How to Practice Simplicity

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Sometimes the best melodies are the simplest ones.

The less you say, the more each individual note stands out.

Miles Davis lived out this musical philosophy every night on the bandstand, and we can all learn a lot from how he makes the most out of the fewest notes. 

Check out this track “Jean Pierre” from the album We Want Miles.

Notice how simple his musical propositions are, and how much impact one note alteration has on the meaning of each phrase.  His lines are almost nursery-rhyme like in nature, being so easily recognizable and repeatable. 

Because of this, even the slightest change in tone, phrasing, or harmony can intrigue the ear of the listener.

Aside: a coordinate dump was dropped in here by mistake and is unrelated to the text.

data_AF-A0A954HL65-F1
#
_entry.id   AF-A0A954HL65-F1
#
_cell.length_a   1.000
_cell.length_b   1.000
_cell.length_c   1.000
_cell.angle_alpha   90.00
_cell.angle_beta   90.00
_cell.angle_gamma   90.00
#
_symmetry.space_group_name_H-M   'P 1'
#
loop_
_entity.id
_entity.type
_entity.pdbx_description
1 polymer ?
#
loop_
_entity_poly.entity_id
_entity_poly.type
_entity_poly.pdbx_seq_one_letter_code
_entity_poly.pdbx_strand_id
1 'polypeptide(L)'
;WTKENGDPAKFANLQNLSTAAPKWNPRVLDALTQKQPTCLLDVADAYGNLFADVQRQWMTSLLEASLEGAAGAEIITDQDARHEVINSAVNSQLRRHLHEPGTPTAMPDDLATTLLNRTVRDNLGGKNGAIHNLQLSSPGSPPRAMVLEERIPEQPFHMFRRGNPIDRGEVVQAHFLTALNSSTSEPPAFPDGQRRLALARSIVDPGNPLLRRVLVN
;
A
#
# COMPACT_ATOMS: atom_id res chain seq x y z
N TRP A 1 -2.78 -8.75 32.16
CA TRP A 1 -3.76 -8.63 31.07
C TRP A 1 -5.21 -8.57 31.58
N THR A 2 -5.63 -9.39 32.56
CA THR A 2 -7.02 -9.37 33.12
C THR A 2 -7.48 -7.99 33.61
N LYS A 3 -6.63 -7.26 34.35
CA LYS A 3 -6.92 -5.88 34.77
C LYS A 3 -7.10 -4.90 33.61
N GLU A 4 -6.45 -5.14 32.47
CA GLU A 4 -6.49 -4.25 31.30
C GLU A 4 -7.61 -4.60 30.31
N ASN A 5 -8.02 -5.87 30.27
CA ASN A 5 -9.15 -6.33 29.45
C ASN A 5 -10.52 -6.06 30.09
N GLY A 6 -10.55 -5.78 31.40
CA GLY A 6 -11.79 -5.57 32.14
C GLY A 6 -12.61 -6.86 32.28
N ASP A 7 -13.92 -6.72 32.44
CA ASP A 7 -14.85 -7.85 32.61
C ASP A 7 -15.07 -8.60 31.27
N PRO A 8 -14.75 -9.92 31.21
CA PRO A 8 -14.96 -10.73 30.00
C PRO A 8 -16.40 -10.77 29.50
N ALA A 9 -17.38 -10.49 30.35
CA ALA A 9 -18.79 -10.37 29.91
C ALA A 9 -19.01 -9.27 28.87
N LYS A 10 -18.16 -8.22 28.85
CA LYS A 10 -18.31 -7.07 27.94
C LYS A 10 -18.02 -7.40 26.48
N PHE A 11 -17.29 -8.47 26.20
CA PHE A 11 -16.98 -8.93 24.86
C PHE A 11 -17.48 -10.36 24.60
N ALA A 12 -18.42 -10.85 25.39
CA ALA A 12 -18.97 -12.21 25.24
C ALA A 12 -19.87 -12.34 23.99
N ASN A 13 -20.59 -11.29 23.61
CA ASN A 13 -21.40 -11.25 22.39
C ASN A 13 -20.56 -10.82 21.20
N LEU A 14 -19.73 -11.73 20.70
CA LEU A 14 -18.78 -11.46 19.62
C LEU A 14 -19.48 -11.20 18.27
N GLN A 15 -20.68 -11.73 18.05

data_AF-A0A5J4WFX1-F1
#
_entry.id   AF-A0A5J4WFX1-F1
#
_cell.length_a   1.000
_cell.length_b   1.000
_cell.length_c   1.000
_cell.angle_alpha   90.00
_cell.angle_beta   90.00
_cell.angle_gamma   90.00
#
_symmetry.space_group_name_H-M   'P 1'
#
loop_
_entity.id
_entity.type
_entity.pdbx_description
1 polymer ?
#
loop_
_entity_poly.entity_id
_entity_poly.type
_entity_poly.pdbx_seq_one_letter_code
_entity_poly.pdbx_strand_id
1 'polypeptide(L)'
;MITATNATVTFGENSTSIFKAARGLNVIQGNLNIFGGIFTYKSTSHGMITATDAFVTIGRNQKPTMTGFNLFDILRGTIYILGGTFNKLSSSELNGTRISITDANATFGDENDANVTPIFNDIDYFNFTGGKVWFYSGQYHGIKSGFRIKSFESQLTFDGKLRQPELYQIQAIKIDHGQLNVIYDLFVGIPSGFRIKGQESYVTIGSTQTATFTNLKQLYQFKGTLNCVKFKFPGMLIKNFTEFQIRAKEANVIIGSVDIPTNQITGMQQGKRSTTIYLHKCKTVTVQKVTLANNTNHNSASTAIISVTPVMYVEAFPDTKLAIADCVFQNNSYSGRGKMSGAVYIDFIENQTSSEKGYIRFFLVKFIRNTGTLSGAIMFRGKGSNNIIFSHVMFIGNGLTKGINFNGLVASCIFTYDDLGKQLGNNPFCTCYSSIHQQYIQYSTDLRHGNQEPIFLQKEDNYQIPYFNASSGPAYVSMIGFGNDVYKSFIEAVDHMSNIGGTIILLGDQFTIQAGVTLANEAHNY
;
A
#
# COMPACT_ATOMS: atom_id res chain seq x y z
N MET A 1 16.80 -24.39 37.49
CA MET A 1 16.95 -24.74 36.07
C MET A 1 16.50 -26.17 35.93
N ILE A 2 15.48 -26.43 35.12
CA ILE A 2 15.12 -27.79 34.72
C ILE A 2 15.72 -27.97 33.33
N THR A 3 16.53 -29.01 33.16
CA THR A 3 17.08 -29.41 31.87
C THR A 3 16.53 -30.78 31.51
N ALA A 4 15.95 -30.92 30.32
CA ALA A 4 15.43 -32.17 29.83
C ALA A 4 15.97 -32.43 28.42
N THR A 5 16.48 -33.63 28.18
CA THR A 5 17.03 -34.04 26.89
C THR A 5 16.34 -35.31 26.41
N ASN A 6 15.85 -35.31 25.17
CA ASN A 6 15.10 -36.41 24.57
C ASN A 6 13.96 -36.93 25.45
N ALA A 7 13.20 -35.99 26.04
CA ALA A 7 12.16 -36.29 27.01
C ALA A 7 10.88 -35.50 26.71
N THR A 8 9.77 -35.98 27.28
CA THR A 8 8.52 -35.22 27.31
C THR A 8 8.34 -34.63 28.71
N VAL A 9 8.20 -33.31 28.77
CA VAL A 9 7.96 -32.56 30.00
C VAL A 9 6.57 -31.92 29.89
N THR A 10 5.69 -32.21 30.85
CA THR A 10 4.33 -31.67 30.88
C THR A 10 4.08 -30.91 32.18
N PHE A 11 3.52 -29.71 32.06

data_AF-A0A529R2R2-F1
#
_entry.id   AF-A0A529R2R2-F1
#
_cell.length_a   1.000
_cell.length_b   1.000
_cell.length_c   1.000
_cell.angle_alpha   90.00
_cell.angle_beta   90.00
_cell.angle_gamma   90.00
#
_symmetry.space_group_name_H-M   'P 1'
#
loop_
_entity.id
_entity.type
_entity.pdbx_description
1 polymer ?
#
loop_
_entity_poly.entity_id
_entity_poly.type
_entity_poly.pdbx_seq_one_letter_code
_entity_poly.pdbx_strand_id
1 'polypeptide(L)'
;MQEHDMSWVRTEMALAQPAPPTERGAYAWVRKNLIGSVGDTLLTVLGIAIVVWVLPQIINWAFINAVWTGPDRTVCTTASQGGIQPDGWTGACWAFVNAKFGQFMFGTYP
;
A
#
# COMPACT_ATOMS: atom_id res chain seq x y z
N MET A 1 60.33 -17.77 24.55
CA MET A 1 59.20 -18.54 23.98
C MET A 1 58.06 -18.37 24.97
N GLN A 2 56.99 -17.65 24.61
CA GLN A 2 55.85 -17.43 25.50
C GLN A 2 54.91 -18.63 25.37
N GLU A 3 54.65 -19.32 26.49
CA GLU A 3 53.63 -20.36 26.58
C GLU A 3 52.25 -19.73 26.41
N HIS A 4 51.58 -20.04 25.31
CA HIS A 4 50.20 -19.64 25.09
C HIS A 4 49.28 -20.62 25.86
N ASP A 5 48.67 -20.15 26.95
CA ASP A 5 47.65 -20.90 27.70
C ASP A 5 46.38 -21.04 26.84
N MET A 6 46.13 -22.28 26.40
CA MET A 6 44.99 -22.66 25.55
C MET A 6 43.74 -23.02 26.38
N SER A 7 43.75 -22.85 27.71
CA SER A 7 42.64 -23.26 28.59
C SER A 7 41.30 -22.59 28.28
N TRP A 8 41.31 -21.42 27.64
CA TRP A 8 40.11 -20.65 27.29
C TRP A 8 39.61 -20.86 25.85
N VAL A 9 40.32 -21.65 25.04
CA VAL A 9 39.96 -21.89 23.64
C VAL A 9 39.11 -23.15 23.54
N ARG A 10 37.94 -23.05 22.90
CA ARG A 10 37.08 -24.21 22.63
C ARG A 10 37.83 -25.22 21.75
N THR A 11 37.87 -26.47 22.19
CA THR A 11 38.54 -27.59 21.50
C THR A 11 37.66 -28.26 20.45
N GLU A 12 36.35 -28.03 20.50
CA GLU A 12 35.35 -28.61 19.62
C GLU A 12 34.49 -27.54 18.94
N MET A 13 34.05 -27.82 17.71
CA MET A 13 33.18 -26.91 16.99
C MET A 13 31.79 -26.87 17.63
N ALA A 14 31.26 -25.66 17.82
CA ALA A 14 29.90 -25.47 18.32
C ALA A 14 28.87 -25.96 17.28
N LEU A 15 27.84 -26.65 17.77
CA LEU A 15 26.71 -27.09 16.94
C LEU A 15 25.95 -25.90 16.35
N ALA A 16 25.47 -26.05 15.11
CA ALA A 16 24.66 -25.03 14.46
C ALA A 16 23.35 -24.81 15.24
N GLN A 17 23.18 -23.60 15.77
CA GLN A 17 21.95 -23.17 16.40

One way to explore this concept for yourself in a live gig situation is through the exploration of melodic quotes.  Now when played obviously, melodic quotes can be a little cheesy. 

Check out this video of “the lick” to see what I mean.

Instead of plopping and dropping a quote so people will easily hear it, try disguising a quote so it is barely recognizable, if at all. 

The Process:

  1. Pick a recognizable melodic quote.
  2. Play it throughout the night as much as possible, but you must alter it melodically, rhythmically, and harmonically with the goal of sneaking it in.
  3. Leave out notes. Add some new ones. But keep coming back to that quote as your musical “source” for the night.
  4. Listen to the effect each minor alternation has on the meaning of the phrase.

The ideas you generate can act as spring boards to new areas of improvisation. 

Forcing yourself to adhere to this strategy will open your ears and your fingers up to new, simple melodic possibilities that might never have been discovered otherwise.

I hope this “Disguised Quote” method can serve as a tool to break you out of musical homeostasis!

Trent Briden

Trent Briden

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